The journey is complete.
Oti Gildon and Kelly Graves are in the Final Four.
They arrived in Tampa, Florida, on Tuesday, but the odyssey began five years ago in Spokane.
In the spring of 2014, Gildon was a junior at Gonzaga Prep, celebrating a State 4A title and a bright future – she hoped with Graves, who was running a successful program at Gonzaga.
Graves had built the Zags from scratch, but he felt the itch to do it again. A few weeks later, Graves took over the struggling program at Oregon.
Folks in Spokane were shocked. A few months later, so was Graves.
“It’s in worse shape than I thought,” Graves said during a forgettable first season that saw the Ducks go 13-17.
But he didn’t forget about Gildon, a versatile 6-foot-1 forward who went on to win another state championship playing alongside Laura Stockton.
As in, future Zag Laura Stockton.
Would Gildon join her?
The final decision came on National Signing Day at G-Prep on January 15, 2015. Gildon and Stockton were on opposite sides of a table, with two other student-athletes between them.
Stockton was clad in the white and blue of Gonzaga.
Gildon wore a green sweatshirt. It was green, and as bright as the promise that Graves has shared with every Duck recruit.
“#4N4,” Graves and his staff called it, a vow to reach the Final Four within four years. It took a year longer than that, but the Ducks will be taking the floor Friday against Baylor in the national semifinals.
Gildon is a major reason why.
“She’s a culture creator, is what I call her,” Graves told The Spokesman-Review on signing day. “She will help us create the kind of culture we need.
“She’s a winner.”
And while she’s never been the Ducks’ leading scorer and didn’t start in a game until her junior year, she became Oregon’s most consistent player off the bench.
With Gildon on board, the Ducks’ fortunes turned on a dime. Her first collegiate points came on a 3-pointer that helped Oregon win its season opener at No. 22 North Carolina.
Gildon went on to average 2 points and almost 10 minutes per game as the Ducks went 24-11 and reached the semifinals of the Women’s National Invitation Tournament.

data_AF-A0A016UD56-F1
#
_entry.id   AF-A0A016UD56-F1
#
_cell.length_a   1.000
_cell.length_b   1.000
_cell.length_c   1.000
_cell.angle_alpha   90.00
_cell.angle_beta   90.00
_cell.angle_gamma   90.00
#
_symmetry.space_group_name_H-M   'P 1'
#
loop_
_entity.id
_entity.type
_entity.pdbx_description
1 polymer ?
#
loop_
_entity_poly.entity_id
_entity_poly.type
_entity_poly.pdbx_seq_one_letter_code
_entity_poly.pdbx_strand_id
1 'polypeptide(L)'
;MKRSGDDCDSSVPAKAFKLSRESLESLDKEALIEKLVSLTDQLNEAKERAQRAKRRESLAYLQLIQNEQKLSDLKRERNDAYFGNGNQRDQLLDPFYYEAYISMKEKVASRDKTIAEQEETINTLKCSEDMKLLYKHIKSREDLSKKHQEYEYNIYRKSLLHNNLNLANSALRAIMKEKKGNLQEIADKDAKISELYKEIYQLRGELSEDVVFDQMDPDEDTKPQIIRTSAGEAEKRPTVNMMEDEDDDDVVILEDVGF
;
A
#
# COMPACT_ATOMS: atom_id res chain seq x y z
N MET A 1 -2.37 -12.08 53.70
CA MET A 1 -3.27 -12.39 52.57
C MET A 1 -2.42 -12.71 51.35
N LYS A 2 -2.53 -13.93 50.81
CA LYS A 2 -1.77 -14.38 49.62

A year later, freshman sensation Sabrina Ionescu arrived in Eugene. After a mediocre regular season, she led the Ducks through a remarkable postseason that didn’t end until an Elite Eight loss to UConn.
Oregon got there again last year, going 33-5 and winning the Pac-12 regular-season and tournament titles before reaching the regionals in Gildon’s hometown.
Delayed by plane troubles in Eugene, the Ducks arrived in Spokane just in time for practice at the Arena.
It was a light workout, but evidently the players had worked up an appetite by the time they showed up for dinner at the home of Gildon’s mother, TaLesha Roberson.
“Ribs, pork and beans, chicken and hamburgers. Polish sausages, baked beans, potato salad, peach cobbler, cheesecake,” Roberson said.
“And they took plenty to their hotel.”
It was hard that day to tell who was more grateful. The Oregon players and coaches went away with full stomachs, but Roberson was filled with pride.
By then, her daughter’s destiny was on its way to fulfillment, and it had nothing to do with basketball.
In four months, Gildon will become the first in her family to graduate from a four-year university.
“I’m proud. When I think of her, I just get chills,” Roberson said recently. “I want to cry because she’s my inspiration.
“Her nickname in the family is ‘Hope,’ and when you look at her, that’s exactly what you see: hope.”
At the Arena the next day, Gildon was greeted by familiar voices in the crowd.
“It was really fun,” Gildon said. “It’s always nice to hear familiar voices in the crowd yelling and cheering you on.
“I knew I needed to step up for the team.”
And she did. In a Sweet 16 game against Central Michigan, it was a pair of free throws from Gildon that ended the last Chippewa rally and sent the Ducks to the Elite Eight.
Along the way, Gildon averaged 4.1 points and 3.4 rebounds in 13.9 minutes per game – modest stats, but deceiving, according to her coach.
“She’s a great teammate,” Graves said. “You know, here’s a young lady that has kinda had a lesser role, so to speak, in terms of production and stuff, but she’s just as important to our team as anybody, and everybody on our team would say the same.”
The season also ended in Spokane, with an Elite Eight loss to eventual national champion Notre Dame.
Gildon wasn’t done. That summer, she and Oregon teammates Ionescu, Ruthy Hebard and Erin Boley won the USA Basketball Women’s 3x3 National Championship title.
They went on to the worlds in Manila, knocking off defending champ Russia and finishing fifth.
Gildon followed with a solid senior season at Oregon, averaging 4.6 points and 3.5 boards while logging 16.3 minutes a game.
A top-five team most of the year, the Ducks earned a No. 2 seed into the Portland Regional. Backed by a supportive crowd on Sunday, they rallied past top seed Mississippi State to reach the Final Four.
Two days later, Gildon was so excited on her way to catch the bus to the airport that she forgot her headphones.
“My alarm went off,” Gildon said, “and I was like, ‘Yep, let’s go.’ ”
Gildon circled back, grabbed the headphones and finished the journey begun so long ago.
A journey with no regrets.
“This guy,” Gildon said, patting Graves on the arm earlier this week. “I’ve known him since I moved to Spokane. He came to all the games, and I went to all the Gonzaga camps.
“I trusted him, and I wanted to be a part of something big, and we made it.”
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